Saturday, October 18, 2008
cabbage and fennel salad with apples and raisins
haven’t you always wanted a mandoline?
What tools do I use most in my kitchen? Well, I have a small arsenal of sharp knives, a variety of big and small metal and glass bowls, and a stack of heavy, non-stick baking sheets. I also own an array of heavy pots and pans from small to absolutely gigantic. Add a couple of spatulas, a wooden spoon, a cutting board, and a knife sharpener, and that’s really all I need, right?
Well, you understand that NEEDING and WANTING are altogether different. And I have to admit, I have some kitchen equipment that doesn’t exactly get used every day. I try to keep the gadgets and kitchen clutter to a minimum—in fact, I go through my kitchen drawers way more often than, say, my sock drawer, or the junk drawer with all the pens and pencils. But I have are few tools that, while not absolutely necessary, are a joy to use, and I love them!
A few examples of these fun things: an old-fashioned citrus juicer, my immersion blender, a coffee grinder that I use for spices, and best of all: a mandoline. Do you know what I mean by a mandoline? It’s a vegetable slicer with an adjustable blade in a frame; I have a nice, heavy version in stainless steel. While I’m pretty speedy with a sharp chef’s knife, the mandoline makes a couple of things really easy that I have never mastered on my own. First, I can cut paper-thin slivers of fennel for salads. (Raw fennel is only edible when sliced very thinly—and then it’s absolutely delicious!) Second, I can slice thick, even slabs of zucchini for grilling. And if I needed a third reason? The mandoline makes slicing a huge heap of onions really FUN… How often have you felt that way dismantling onions? Haven’t you always wanted a mandoline?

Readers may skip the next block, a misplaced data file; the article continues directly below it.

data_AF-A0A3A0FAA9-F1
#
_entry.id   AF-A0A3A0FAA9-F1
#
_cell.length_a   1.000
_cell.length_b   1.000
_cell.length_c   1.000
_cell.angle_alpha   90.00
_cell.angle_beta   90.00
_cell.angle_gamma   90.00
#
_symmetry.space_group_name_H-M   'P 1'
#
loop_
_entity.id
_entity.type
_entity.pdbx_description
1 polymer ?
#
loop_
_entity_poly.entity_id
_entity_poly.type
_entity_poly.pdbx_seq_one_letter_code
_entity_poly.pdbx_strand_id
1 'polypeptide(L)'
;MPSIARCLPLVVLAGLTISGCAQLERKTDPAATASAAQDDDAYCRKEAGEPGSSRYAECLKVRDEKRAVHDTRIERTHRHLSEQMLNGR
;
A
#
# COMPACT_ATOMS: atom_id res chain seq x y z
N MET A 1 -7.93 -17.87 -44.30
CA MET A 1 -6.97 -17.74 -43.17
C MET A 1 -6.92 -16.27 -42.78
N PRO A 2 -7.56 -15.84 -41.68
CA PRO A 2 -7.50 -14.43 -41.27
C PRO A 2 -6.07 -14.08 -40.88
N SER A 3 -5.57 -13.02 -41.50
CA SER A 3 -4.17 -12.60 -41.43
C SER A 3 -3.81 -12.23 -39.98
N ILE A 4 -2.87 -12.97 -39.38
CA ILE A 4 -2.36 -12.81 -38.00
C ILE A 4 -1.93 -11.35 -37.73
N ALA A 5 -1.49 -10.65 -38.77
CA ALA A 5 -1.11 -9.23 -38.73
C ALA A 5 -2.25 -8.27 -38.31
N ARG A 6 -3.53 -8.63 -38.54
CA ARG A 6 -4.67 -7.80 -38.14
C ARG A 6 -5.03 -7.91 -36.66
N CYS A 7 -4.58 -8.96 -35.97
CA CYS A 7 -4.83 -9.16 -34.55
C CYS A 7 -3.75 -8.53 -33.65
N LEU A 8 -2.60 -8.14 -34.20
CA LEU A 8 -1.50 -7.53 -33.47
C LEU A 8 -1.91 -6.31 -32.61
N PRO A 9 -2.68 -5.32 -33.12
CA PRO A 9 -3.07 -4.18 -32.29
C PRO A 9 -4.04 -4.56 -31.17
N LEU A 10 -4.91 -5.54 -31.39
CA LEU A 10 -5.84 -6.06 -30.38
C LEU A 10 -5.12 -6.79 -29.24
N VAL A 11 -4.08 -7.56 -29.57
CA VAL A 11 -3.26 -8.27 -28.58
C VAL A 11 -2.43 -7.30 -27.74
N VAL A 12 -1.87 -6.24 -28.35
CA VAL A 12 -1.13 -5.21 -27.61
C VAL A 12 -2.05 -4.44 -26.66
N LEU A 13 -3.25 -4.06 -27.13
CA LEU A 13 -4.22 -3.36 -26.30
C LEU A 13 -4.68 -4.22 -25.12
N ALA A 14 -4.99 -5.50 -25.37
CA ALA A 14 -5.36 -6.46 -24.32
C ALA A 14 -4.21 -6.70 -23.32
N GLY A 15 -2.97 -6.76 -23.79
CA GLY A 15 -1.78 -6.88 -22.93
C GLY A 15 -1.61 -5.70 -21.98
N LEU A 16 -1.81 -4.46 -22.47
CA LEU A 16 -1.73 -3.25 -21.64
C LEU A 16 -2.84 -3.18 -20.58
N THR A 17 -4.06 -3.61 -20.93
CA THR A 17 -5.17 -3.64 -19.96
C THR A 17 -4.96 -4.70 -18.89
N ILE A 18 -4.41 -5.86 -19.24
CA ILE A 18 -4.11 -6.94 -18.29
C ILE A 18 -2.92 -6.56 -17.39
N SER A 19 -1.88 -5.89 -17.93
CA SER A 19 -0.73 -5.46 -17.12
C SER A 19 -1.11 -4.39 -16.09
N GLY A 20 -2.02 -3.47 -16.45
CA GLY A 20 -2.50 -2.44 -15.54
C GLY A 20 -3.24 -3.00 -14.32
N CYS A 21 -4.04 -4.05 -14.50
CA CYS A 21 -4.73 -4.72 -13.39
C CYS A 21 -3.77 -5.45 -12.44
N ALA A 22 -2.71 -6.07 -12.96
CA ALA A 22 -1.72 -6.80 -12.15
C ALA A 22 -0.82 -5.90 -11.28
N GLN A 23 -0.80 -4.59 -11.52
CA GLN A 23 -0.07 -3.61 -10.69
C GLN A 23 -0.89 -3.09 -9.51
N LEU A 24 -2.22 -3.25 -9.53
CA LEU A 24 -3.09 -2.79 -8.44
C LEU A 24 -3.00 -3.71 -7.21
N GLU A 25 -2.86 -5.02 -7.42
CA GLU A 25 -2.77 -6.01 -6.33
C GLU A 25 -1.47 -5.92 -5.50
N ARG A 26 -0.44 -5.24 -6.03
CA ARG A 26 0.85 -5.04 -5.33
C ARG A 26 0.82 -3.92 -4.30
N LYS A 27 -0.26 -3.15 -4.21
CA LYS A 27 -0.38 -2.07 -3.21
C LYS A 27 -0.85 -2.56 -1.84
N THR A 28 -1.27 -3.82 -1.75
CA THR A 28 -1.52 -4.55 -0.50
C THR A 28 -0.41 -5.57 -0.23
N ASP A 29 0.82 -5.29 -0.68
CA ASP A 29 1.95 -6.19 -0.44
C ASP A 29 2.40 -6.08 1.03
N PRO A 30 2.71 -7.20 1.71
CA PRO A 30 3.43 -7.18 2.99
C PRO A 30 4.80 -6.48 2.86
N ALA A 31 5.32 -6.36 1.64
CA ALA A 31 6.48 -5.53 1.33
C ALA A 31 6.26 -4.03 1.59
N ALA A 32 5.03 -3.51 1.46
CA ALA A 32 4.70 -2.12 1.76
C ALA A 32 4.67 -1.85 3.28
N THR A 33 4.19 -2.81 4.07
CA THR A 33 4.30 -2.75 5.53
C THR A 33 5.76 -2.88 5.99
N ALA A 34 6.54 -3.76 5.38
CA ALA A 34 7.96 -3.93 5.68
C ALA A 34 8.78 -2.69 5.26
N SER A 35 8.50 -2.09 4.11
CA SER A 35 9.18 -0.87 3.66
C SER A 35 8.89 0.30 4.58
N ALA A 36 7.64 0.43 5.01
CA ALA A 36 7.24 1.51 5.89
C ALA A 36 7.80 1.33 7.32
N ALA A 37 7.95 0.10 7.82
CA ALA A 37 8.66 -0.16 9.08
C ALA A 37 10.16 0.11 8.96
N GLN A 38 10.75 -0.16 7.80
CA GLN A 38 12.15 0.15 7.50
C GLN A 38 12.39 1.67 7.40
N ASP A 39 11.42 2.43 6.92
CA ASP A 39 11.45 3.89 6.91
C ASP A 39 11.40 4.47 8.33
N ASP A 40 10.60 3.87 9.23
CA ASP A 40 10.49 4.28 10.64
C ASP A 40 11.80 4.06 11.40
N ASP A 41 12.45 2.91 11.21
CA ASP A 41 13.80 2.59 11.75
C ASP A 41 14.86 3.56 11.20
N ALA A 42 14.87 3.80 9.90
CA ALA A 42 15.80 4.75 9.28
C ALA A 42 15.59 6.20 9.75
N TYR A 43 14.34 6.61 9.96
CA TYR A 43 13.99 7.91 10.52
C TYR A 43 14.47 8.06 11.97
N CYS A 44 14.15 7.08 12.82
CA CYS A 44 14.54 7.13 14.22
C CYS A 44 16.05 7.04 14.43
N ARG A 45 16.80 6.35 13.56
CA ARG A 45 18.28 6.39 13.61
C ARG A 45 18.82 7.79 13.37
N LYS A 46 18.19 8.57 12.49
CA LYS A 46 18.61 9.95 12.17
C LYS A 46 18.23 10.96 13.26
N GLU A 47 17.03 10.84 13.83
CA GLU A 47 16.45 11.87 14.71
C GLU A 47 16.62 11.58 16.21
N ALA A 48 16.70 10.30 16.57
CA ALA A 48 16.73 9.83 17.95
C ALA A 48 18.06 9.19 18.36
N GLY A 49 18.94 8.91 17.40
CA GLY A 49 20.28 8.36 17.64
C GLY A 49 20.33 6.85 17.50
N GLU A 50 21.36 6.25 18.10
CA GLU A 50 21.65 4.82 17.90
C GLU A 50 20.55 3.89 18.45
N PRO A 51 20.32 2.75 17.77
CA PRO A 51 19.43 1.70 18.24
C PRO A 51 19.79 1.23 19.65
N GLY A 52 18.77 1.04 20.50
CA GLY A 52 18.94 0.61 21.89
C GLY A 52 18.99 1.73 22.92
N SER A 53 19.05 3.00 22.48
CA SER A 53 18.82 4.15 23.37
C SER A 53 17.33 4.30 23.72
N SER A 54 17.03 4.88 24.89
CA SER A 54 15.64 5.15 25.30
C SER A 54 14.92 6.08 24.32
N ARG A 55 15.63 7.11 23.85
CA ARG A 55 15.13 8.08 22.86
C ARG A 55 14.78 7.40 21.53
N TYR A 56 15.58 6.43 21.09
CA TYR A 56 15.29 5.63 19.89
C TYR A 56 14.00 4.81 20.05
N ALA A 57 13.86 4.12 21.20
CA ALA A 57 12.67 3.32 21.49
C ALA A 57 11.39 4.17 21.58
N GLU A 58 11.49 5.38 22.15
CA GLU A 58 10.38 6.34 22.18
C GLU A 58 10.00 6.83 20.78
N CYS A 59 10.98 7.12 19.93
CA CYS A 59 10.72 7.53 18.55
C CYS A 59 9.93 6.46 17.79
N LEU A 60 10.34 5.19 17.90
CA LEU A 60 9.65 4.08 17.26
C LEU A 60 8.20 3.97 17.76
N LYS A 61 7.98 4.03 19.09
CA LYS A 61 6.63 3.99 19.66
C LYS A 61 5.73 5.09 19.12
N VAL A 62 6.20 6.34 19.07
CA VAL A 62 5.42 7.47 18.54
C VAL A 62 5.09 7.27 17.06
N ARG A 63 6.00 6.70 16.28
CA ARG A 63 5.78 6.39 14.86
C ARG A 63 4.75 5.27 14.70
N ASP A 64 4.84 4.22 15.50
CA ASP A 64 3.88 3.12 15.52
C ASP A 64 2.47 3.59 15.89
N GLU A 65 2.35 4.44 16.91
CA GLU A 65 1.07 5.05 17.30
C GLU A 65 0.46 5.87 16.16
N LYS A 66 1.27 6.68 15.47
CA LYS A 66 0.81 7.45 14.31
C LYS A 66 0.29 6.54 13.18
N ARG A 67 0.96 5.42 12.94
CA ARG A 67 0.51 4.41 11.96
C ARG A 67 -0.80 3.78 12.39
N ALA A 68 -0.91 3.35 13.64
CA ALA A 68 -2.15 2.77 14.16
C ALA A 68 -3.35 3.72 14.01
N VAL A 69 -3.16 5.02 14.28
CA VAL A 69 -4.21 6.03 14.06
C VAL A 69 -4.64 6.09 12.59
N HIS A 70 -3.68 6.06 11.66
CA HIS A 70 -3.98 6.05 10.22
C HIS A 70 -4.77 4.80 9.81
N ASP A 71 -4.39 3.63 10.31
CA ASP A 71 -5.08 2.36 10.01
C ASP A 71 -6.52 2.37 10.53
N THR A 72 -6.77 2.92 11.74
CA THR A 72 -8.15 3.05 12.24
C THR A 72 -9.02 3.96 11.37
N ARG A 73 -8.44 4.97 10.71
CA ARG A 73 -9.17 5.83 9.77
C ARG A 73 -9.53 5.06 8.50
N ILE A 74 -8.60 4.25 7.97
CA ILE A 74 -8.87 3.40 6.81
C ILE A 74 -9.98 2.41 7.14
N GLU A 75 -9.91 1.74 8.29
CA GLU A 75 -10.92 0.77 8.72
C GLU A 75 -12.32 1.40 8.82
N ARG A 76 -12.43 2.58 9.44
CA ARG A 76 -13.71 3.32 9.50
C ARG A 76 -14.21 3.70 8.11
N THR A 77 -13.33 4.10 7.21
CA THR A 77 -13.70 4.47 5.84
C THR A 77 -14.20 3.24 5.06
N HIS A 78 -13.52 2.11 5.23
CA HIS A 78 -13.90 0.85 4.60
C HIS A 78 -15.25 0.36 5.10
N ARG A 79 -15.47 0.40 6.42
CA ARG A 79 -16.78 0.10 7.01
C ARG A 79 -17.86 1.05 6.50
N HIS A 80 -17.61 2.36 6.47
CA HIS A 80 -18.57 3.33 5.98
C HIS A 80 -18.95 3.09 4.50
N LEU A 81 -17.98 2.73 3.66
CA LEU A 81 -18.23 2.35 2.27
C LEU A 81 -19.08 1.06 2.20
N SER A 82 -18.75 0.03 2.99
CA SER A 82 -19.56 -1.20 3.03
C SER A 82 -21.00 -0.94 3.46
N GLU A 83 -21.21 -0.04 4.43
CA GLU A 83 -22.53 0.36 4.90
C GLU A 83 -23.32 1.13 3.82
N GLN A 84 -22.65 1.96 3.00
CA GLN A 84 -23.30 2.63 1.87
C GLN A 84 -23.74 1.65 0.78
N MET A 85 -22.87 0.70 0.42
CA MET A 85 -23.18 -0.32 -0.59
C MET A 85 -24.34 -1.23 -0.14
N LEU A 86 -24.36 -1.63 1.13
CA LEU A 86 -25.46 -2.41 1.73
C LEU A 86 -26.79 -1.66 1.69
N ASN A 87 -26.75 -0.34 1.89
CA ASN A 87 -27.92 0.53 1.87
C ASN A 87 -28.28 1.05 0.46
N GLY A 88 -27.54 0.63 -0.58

I pined for a mandoline for several years before finally buying one (the good ones are pretty spendy), and I’ve never regretted the investment. Other gadgets I’ve bought over the years end up gathering dust on my basement shelves, but the mandoline is here to stay.
The following recipe is one that you can use to justify the purchase of a brand-new mandoline (whether you need to rationalize it to yourself, or to your sweetie). You can use the mandolin for the fennel AND the cabbage! And just one last note—a good mandolin is really, really sharp. And although it’s fun to use, it’s also kind of dangerous, so don’t slice with reckless abandon…
cabbage & fennel salad with apples & raisins
This salad is SO tasty—the savory toasted fennel seeds are so yummy with the licoricey raw fennel, and sweetened with apples and raisins, it’s crunchy and delicious! It’s based on a similar salad in Peter Berley’s Fresh Food Fast. When eating fennel raw, cutting it very thinly is the key. If you have ever been tempted to buy a mandoline, here’s your excuse! But you can get nice thin fennel slices with a chef’s knife, too, as long as it’s very sharp.
Because of the lemon juice in the salad, the apples don’t brown, and this salad tastes great the next day—so don’t worry if it makes more than you think you can eat all at once. Serve this salad with the barley & beet risotto, in the previous post—it’s a fantastic match.
1 tablespoon extra-virgin olive oil
3 tablespoons freshly squeezed lemon juice
1 teaspoon fennel seeds, toasted in a small skillet, then ground
½ to 1 teaspoon sea salt or kosher salt
freshly ground black pepper
1 large bulb fennel, root end trimmed and sliced paper thin, some fronds chopped
½ small head green cabbage, thinly sliced (about 3 cups)
1 sweet red apple, unpeeled, cored and cut into matchsticks
generous ¼ cup raisins (or more to taste)
1. In a salad bowl, whisk together the oil, lemon juice, ground fennel seeds, and salt. Season with pepper.
2. Add the fennel, cabbage, apple, and raisins and toss to combine. Refrigerate for 15 minutes. Season with additional salt and pepper as needed, and serve.